Ask a Question forum: Virginia Creeper

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Lincolnshire
virginia99
Jun 12, 2017 11:34 AM CST
I have a 15 year old Virginia creeper which was in full leaf last autumn. It spreads across the front of the house and is pruned each year. Sadly not one leaf has appeared this spring and I am devastated. There doesn't seem to be anything amiss with the main root not being too dry or wet. We did have some late frost in April here in Lincs. so I am wondering if this was the cause. Could anyone please advise as to whether it will recover if left, or am I going to have to dig it out and start again?
Any help would be greatly appreciated.
Name: Sue
Ontario, Canada (Zone 4a)
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sooby
Jun 12, 2017 12:12 PM CST
Welcome!

Virginia creeper grows wild here where it is much colder in winter and frosts can occur as late as June so I'd be surprised if that killed it. Have you scratched a stem to see if it is still green inside?
Name: Lin
Florida Zone 9b, 10a

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plantladylin
Jun 12, 2017 2:18 PM CST
Hi Virginia99, Welcome!

What has the weather been like in your area? II wonder if perhaps your Virginia Creeper (Parthenocissus quinquefolia) may just be slow coming out of dormancy?
~ Playing in the dirt is my therapy ... and I'm in therapy a lot! ~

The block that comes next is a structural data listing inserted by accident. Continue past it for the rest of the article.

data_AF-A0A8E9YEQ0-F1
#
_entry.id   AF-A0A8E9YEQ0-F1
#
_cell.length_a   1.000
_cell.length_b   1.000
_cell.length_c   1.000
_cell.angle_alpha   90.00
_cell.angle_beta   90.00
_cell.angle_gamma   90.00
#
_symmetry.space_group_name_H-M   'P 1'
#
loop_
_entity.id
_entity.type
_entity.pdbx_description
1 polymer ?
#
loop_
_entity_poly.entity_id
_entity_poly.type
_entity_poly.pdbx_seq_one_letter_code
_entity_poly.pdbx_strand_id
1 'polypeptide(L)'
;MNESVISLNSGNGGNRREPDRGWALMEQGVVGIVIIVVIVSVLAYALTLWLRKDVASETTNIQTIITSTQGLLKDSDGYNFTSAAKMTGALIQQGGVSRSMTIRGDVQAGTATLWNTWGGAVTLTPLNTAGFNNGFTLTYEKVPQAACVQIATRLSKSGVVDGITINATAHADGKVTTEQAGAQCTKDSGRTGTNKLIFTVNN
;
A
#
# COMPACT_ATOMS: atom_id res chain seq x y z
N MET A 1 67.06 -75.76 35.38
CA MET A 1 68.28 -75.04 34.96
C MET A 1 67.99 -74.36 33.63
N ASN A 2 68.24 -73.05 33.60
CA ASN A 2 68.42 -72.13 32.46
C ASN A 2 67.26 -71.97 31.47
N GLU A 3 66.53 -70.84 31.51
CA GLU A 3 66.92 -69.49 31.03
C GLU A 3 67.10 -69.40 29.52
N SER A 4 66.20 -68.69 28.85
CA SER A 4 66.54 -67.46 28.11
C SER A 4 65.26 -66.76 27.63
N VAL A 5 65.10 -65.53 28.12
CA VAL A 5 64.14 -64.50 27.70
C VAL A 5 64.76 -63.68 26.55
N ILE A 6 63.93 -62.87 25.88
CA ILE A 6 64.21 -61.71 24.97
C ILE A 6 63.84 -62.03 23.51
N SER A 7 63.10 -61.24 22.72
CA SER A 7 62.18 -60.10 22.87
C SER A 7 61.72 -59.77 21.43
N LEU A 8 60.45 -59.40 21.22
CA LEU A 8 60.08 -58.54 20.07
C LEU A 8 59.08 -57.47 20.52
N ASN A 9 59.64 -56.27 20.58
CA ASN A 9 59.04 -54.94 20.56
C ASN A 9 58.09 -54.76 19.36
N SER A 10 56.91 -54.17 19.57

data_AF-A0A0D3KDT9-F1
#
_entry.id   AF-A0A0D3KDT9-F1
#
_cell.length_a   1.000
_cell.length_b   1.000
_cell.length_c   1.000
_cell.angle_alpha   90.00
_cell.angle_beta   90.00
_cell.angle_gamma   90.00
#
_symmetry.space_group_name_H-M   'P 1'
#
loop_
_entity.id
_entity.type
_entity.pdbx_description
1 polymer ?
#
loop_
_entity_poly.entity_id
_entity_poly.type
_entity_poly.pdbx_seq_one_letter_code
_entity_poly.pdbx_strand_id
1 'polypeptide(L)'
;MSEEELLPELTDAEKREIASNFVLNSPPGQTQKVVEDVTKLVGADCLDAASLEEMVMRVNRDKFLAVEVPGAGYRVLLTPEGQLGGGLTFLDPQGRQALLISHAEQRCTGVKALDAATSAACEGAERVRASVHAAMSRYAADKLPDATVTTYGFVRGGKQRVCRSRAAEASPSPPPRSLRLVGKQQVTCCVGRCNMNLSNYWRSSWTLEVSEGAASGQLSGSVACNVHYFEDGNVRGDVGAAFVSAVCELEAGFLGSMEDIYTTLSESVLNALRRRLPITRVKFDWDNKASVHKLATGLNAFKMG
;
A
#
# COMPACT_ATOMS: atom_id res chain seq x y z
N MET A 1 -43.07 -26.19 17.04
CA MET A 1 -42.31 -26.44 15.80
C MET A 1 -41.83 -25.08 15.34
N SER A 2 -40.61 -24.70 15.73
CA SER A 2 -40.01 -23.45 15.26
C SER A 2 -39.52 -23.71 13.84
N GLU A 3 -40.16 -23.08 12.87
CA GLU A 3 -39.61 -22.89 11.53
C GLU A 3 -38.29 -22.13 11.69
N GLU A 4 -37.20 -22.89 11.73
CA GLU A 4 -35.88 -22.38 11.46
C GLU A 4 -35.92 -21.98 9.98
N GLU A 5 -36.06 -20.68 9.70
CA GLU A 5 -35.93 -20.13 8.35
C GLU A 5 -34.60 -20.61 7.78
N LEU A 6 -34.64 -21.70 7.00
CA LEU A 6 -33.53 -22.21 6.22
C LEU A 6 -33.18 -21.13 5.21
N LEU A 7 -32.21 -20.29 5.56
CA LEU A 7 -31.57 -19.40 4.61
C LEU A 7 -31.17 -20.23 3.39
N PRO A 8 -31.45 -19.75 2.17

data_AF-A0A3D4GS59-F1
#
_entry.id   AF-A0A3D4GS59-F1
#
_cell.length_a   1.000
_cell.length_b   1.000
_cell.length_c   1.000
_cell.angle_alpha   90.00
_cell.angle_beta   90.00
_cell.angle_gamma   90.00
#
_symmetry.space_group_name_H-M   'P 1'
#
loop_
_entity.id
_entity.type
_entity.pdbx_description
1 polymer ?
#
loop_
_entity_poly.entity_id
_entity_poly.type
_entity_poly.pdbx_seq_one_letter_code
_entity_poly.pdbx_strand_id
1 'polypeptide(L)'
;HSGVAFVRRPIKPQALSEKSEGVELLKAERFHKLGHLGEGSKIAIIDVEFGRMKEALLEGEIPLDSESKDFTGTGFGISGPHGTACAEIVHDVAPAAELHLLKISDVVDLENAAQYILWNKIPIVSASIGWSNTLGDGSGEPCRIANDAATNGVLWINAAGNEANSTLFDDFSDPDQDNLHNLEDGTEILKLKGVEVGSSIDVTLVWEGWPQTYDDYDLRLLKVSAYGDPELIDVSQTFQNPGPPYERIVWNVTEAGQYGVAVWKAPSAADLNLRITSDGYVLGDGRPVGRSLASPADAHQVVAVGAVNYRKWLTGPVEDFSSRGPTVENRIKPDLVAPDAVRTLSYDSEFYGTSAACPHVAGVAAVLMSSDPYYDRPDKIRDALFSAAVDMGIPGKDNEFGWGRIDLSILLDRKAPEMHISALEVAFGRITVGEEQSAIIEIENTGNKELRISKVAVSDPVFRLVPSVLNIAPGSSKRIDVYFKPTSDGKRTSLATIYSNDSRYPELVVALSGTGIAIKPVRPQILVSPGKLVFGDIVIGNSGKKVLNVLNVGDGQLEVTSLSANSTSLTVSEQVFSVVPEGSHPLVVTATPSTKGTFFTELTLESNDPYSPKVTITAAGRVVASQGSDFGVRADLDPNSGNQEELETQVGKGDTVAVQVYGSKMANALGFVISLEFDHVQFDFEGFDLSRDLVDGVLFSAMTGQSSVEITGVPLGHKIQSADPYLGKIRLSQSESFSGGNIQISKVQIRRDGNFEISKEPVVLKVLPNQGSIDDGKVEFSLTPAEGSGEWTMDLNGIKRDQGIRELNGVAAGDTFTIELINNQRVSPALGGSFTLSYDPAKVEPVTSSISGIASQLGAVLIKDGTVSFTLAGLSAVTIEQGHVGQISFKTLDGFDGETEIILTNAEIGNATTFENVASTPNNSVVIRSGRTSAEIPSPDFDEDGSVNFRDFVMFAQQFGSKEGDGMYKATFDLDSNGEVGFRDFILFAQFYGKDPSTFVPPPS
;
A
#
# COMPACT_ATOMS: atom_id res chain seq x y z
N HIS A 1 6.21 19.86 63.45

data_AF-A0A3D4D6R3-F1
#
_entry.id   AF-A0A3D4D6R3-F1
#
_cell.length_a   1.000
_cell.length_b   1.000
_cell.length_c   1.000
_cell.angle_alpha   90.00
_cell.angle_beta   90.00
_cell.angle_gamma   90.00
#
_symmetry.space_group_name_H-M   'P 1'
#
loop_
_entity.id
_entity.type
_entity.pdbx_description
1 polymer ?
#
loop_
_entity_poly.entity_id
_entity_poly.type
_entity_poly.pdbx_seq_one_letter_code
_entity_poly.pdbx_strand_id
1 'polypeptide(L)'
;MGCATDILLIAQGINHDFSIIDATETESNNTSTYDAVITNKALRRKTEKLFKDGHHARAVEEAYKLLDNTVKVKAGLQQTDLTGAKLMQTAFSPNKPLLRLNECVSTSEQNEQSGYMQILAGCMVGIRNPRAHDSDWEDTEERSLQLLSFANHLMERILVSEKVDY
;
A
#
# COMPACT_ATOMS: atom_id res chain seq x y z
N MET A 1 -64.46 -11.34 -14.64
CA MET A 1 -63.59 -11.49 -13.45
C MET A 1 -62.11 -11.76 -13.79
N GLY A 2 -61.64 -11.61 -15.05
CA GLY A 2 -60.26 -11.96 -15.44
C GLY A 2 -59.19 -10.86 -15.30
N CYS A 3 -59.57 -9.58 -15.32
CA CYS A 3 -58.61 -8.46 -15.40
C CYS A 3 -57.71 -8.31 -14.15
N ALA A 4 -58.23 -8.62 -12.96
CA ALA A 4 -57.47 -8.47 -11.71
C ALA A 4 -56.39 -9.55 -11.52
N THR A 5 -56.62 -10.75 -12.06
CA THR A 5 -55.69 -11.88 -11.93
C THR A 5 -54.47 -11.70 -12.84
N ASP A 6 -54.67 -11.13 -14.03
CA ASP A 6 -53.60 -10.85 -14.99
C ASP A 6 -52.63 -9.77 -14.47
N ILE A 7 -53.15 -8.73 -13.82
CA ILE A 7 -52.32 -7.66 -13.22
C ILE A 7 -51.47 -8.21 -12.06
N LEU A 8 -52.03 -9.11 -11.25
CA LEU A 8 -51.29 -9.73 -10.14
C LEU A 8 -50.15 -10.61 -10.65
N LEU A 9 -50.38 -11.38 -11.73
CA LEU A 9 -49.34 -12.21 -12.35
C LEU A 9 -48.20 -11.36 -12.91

Lincolnshire
virginia99
Jun 14, 2017 8:40 AM CST
Thank you sooby and plantladylin for your replies. I'm in the Uk and to be honest I think the creeper is dead as the branches show no sign of green.
I hope this reply reaches you as I am new to this site and may not have got to grips with it yet!
Thanks for your input
Name: Sue
Ontario, Canada (Zone 4a)
Daylilies Birds Enjoys or suffers cold winters Native Plants and Wildflowers Butterflies Annuals
Region: Canadian Keeps Horses Dog Lover Plant Identifier Garden Sages
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sooby
Jun 14, 2017 8:44 AM CST
Yes, we can see your reply and thank you. Virginia creeper here has long since leafed out and your climate there is much milder. Unfortunate that you seem to have lost it. Have you checked near the base of the main stem to see if anything could have girdled it?
Name: Daisy I
Reno, Nv (Zone 6b)
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DaisyI
Jun 14, 2017 12:28 PM CST
Do the scratch test. Scratch the stem with your fingernail. If there is green beneath the surface, it is alive. If brown or hard, it is dead.

Start near the bottom of the trunk. If you find green, keep going. If you don't, its dead and time to start again.
Life is not a journey to the grave with the intention of arriving safely in a pretty and well preserved body, but rather to skid in broadside, thoroughly used up, totally worn out, and proclaiming...."WOW What a Ride!!" -Mark Frost

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Lincolnshire
virginia99
Jun 16, 2017 3:01 AM CST
Hello sooby & daisyl
Glad my replies are getting through.
Root base looks fine yet no green wood showing. I guess it is start again.

Thank you for your input.

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